12. Have you checked the overall reviews? (Location, cleanliness, staff, etc)
  13. Have you checked recent reviews? (Bed bugs)
  14. Are there any rules that would contradict what you’re doing there? (Quiet hours, stay minimum, no alcohol, etc)
  15. Do the people who work there speak your native language?
  16. Are there lockers in the rooms?

List of Hostel Chains I Would Stay in Again

Rooftop of Freehand LA

North America

FreehandLos Angeles, Miami, Chicago

Nashville DowntownNashville

Generator – Miami, Washington DC


Hostel One – Barcelona, Budapest (Basilica) , London, Madrid, Prague, Krakow, Seville, Porto

St. Christopher’s Inn – Amsterdam, Barcelona, Bath, Berlin, Bruges, Cardiff, Copenhagen, Edinburgh, Interlaken, London, Newquay, Noordwijk, Paris, Prague

Generator – Amsterdam, Berlin, Barcelona, Copenhagen, Dublin, Hamburg, London, Madrid, Paris, Rome, Stockholm, Venice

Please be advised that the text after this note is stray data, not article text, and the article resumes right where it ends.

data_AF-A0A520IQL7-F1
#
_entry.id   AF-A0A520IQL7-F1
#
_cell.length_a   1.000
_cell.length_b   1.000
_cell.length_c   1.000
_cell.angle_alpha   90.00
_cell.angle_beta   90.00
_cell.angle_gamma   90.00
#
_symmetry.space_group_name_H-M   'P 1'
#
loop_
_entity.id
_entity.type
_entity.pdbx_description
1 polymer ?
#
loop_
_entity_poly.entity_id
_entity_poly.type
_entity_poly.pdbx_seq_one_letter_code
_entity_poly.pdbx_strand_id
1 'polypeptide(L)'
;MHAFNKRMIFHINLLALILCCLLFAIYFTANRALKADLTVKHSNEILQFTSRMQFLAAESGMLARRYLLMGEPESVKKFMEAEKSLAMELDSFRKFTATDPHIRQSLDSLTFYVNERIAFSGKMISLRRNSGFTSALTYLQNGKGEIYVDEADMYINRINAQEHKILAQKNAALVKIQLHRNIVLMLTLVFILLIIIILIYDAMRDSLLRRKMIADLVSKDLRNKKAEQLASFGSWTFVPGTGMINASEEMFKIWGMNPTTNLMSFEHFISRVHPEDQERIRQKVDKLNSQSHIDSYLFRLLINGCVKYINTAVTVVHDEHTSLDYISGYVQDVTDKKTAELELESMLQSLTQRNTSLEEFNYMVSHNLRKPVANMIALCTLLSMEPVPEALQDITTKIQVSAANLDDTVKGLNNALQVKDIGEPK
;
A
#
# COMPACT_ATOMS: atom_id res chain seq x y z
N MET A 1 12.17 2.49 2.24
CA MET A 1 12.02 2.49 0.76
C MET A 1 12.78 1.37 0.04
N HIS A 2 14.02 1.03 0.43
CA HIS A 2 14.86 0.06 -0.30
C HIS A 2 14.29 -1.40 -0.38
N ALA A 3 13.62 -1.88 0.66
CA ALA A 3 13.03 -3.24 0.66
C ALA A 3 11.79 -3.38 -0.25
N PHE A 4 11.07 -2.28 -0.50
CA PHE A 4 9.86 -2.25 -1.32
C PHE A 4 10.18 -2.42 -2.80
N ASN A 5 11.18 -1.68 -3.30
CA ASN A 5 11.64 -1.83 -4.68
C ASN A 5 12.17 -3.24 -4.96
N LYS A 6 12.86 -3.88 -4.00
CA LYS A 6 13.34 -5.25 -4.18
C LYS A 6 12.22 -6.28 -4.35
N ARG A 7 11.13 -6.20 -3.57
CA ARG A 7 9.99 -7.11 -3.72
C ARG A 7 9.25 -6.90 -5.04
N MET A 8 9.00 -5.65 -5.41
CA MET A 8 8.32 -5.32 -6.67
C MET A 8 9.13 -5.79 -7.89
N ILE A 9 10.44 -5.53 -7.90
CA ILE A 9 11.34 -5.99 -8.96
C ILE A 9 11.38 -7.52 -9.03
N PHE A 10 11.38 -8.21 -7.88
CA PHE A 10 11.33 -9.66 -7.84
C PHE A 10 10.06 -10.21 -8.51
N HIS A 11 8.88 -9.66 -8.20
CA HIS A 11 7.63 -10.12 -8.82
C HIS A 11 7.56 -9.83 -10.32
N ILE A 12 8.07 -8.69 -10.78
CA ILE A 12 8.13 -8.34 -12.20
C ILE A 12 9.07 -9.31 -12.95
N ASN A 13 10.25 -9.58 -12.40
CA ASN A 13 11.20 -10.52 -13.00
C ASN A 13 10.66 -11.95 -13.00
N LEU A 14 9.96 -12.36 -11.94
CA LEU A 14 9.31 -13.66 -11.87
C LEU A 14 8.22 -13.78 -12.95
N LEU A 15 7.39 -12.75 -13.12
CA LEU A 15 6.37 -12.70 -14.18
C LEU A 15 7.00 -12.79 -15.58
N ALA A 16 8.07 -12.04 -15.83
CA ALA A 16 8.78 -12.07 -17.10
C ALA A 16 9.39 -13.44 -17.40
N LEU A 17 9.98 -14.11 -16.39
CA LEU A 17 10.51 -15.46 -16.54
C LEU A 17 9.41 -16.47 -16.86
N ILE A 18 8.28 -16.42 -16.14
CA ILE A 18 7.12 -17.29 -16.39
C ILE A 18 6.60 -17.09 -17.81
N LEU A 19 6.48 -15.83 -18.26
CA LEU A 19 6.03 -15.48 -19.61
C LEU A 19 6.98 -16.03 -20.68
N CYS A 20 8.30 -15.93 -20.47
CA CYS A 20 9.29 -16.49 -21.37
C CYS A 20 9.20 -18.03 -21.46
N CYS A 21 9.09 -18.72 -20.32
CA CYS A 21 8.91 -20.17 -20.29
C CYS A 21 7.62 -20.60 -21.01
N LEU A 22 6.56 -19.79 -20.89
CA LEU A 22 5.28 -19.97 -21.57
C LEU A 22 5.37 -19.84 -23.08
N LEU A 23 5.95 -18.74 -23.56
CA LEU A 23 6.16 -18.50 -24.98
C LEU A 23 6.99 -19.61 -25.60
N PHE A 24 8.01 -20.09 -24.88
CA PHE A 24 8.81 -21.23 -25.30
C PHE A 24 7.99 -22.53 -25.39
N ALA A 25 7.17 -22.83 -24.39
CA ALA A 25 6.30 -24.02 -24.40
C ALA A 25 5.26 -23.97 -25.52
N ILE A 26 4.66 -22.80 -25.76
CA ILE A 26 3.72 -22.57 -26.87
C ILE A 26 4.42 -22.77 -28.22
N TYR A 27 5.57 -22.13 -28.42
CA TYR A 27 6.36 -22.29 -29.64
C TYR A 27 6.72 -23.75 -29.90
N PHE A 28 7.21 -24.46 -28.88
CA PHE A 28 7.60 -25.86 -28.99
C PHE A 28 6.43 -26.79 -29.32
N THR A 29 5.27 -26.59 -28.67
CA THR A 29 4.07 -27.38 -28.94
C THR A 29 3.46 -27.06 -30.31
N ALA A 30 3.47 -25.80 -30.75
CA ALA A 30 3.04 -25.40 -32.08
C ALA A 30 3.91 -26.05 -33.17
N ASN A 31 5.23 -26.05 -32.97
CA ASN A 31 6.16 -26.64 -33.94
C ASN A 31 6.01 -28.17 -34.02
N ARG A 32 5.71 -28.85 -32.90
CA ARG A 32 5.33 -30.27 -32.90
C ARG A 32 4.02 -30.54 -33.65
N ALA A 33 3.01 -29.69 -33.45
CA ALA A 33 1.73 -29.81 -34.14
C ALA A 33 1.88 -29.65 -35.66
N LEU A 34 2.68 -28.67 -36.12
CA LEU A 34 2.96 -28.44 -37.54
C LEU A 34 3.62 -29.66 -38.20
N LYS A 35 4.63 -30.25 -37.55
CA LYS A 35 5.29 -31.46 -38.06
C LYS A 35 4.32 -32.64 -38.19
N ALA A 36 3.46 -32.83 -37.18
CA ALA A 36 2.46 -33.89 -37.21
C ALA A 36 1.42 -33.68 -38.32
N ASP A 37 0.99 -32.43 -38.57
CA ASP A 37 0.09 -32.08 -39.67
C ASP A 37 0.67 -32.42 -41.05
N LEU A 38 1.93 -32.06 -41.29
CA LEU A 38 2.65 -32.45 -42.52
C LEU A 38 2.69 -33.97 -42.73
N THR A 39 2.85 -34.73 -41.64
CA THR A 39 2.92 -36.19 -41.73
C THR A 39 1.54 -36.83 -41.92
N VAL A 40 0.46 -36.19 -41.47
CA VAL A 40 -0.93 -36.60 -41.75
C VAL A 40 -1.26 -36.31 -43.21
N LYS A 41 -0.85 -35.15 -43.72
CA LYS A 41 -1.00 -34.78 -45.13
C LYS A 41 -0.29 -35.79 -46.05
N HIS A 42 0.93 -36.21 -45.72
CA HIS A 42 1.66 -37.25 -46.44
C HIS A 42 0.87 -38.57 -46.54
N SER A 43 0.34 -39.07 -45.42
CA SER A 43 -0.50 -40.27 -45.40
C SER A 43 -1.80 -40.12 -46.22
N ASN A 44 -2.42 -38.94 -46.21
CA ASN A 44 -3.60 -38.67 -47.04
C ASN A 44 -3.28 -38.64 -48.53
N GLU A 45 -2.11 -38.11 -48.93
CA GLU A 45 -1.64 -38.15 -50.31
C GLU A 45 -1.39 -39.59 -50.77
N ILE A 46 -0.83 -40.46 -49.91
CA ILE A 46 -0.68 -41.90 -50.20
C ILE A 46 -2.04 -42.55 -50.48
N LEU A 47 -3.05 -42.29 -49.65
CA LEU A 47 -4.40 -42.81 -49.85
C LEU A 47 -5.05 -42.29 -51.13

YHA (all across the UK)- London, Wales, Manchester, Newcastle, Cardiff, Brighton, Yorkshire, Bristol, Liverpool, Cambridge, Oxford, Bath, Suffolk, Swansea, Kent, etc.

Hostelle (female-only) – Amsterdam

Kick AssEdinburgh

Palmer’s LodgeLondon (Swiss Cottage, Hillspring)


3 thoughts on “How to Pick the Right Hostel

  1. Very interesting! I am at a point in which I don’t know if I would stay in a hostel, but I have definitely done that when I travelled in Australia and sometimes it was awesome, sometimes not so much, hehe. I remember a boomerang that disappeared from my belongings. That was quite upsetting at the time.


Leave a Reply

Fill in your details below or click an icon to log in: Logo

You are commenting using your account. Log Out /  Change )

Facebook photo

You are commenting using your Facebook account. Log Out /  Change )

Connecting to %s

%d bloggers like this: